Saturday, December 19, 2015

A geographer par excellence

Searching on internet with a search engine has become a routine task these days. All of us use the search engine almost every day to find out about things we do not know or things that we know but do not remember precisely.  All of us have now become used to the exhaustive search results that these search engine spiders present to us that are interspersed with advertisements cleverly. Yet sometimes, the search spiders come up with an odd find of a gem that simply baffles you and makes you think, Hey! How did I never know that?

It happened with me a couple of days ago.  I was searching for an obscure place in south Uzbekistan; very near the Afghan border. This place was described in old books as a mountain pass and only two writers gave a detailed description of it. The first writer was the famed 7th century Chines traveler, Xuan Zhang, who calls it as Iron Gate and goes on to describe it as; “ The pass so called is bordered on the right and left by mountains. These mountains are of prodigious height. The road is narrow, which adds to difficulty and danger. On both sides there is a rocky wall of an iron colour. Here there are set up double wooden doors, strengthened with iron and furnished with many bells hung up. Because of the protection afforded to the pass by these doors, when closed, the name of Iron gates is given.” 

The second description comes from the travelogue of one “ Ruy Gonzalez De Clavijo,” who was ambassador of Henry III. of Castile, to the court of Timur in 1404. He describes this pass as ;” This hill is very high and there is a pass leading up by a ravine, which looks as if it has been artificially cut, and the hills rise to a great height on either side, and the pass is smooth and very deep. In the center of the pass there is a village, and the mountain rises to a great height behind. This pass is called the great gates of iron.”

Among the hundreds of links thrown up by the search engine on my computer screen, there was one link of a book that looked most uninteresting because of its old fashioned long name; “The universal geography: the earth and its inhabitants; edited by E.G. Ravenstein and A.H. Keane.” Since I was not able to find any further details from any of the other web sites, I thought of downloading the book and did it. When I opened the book, I found that the author of the book was actually someone else. It was written by a person known as Elisee Reclus.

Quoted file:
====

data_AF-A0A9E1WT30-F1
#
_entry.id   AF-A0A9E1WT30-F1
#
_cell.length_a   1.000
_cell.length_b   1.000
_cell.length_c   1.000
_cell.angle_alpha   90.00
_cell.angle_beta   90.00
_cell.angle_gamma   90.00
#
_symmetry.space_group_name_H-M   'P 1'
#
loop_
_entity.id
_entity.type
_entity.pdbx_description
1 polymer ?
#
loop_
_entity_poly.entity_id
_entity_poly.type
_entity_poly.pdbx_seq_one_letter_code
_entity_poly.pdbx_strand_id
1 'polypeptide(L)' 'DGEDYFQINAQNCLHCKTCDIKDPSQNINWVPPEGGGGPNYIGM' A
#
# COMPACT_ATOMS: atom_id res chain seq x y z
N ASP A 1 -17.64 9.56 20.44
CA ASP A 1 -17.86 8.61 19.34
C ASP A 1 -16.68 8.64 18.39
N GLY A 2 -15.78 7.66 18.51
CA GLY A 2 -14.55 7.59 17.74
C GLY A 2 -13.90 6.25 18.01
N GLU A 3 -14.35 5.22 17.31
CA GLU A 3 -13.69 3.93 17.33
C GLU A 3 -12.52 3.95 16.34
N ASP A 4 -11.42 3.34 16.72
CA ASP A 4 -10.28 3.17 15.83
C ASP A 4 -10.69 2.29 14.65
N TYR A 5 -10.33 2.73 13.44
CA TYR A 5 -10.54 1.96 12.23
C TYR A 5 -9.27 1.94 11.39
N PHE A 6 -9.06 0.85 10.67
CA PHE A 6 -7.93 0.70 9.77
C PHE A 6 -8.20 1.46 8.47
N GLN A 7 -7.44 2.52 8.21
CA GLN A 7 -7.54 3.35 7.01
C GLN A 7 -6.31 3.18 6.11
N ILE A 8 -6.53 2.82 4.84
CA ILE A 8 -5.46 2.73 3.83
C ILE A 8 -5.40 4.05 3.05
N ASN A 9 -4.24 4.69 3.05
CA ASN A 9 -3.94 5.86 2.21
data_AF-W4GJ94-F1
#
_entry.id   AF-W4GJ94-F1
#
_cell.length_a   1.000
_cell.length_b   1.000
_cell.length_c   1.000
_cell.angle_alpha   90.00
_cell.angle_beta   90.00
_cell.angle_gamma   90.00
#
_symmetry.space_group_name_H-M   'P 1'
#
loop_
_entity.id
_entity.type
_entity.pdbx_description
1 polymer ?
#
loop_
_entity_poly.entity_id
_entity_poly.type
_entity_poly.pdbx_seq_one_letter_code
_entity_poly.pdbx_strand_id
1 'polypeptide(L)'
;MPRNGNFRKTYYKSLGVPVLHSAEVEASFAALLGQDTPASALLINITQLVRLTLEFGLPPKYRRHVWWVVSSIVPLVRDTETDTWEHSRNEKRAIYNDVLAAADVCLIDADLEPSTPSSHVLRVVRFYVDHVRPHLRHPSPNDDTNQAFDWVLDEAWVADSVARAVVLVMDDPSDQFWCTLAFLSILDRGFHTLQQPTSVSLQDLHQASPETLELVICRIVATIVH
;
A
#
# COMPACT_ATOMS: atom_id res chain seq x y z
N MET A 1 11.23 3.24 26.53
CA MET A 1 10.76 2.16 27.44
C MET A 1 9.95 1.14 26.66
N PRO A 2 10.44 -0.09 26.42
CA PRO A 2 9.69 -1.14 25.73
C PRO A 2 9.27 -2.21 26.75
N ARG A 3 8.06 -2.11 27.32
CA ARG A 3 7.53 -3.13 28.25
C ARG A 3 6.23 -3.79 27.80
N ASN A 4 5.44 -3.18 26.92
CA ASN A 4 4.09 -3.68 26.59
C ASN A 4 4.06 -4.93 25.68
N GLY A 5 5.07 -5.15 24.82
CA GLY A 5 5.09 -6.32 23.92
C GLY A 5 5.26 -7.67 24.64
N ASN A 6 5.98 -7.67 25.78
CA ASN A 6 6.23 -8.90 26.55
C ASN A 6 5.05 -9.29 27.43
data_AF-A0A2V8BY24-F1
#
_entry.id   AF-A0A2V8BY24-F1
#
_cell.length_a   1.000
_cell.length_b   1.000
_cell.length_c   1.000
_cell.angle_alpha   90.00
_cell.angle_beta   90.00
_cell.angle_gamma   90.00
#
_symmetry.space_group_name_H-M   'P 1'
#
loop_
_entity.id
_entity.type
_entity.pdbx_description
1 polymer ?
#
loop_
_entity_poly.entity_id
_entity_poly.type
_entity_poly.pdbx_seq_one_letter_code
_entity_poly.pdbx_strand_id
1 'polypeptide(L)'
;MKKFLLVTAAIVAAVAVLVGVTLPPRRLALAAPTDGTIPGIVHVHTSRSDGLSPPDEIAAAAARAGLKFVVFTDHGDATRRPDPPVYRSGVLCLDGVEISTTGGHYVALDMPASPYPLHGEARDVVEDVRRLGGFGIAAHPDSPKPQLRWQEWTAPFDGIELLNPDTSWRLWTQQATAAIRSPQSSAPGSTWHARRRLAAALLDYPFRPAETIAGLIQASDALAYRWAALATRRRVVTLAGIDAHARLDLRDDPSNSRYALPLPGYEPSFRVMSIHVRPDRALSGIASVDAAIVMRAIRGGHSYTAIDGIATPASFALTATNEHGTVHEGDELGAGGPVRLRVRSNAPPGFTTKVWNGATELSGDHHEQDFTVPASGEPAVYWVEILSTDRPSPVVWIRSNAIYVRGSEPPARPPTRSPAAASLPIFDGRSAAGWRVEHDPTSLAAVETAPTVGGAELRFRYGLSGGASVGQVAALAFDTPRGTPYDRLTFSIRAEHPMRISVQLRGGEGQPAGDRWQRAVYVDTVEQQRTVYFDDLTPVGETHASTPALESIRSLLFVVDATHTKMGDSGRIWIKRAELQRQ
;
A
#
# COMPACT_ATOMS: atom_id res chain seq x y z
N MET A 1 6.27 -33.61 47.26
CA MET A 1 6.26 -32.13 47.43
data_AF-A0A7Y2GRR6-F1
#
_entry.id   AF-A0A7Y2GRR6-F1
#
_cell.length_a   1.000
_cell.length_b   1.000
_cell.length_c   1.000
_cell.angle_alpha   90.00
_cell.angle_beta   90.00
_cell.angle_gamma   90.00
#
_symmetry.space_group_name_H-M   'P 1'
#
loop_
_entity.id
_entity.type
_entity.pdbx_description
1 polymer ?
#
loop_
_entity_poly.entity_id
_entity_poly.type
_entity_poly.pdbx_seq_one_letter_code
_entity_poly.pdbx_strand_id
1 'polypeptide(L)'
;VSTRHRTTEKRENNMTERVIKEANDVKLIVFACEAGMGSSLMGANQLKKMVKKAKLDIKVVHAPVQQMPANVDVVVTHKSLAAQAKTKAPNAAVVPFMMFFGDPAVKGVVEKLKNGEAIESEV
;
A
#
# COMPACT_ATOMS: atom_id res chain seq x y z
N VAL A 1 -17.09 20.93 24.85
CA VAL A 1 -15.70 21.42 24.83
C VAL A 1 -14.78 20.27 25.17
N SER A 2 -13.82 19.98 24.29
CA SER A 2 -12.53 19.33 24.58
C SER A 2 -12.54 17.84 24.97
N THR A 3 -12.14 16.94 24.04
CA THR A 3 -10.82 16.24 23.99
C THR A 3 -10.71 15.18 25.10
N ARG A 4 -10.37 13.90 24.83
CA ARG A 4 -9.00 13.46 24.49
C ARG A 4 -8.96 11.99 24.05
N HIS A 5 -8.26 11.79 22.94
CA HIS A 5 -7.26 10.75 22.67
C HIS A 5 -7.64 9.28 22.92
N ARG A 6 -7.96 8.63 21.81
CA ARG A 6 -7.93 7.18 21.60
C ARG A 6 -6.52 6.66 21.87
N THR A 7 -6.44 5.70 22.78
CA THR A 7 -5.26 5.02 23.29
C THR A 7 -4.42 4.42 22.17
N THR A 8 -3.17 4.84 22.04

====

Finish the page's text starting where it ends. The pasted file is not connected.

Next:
This book surprisingly not only gave full details of the place, but had also included a line sketch of the place. It described the pass as;” One of the southern branches of the Kashka rises in a highland district formerly famous for containing one of the " wonders of the world. This is a defile 40 to 65 feet broad, and nearly 2 miles long, traversed by the route leading from Balkh to Samarkand by the Shirabad River, Shehi'-i-sebs, and the Samarkand tau range. When visited by the pilgrim Hwen-T'sang this defile was closed by folding gates, strengthened with bolts and adorned with belfries. Eight centuries afterwards Clavijo, Spanish envoy to the court of Tamerlane, also passed through the "Iron Gate," but the artificial structure had disappeared, and the place is now called Buzgola-khana, or the "Goat Hut." But the nearest town retains the significant name of Derbent,"

I really got interested in this book and its author, after finding detailed information about such an obscure spot, in it. To my utmost surprise, the book turned out to be a giant; by any standards. “The universal geography: the earth and its inhabitants” is a masterwork that has been published in 19 volumes, originally in French. Each volume is dedicated to a different part of the world. The author,  Élisée Reclus or Jacques Élisée Reclus (15 March 1830 – 4 July 1905) was a renowned French geographer, writer and anarchist. He produced this 19-volume masterwork, originally titled as “La Nouvelle Géographie universelle, la terre et les hommes” over a period of nearly 20 years (1875–1894.)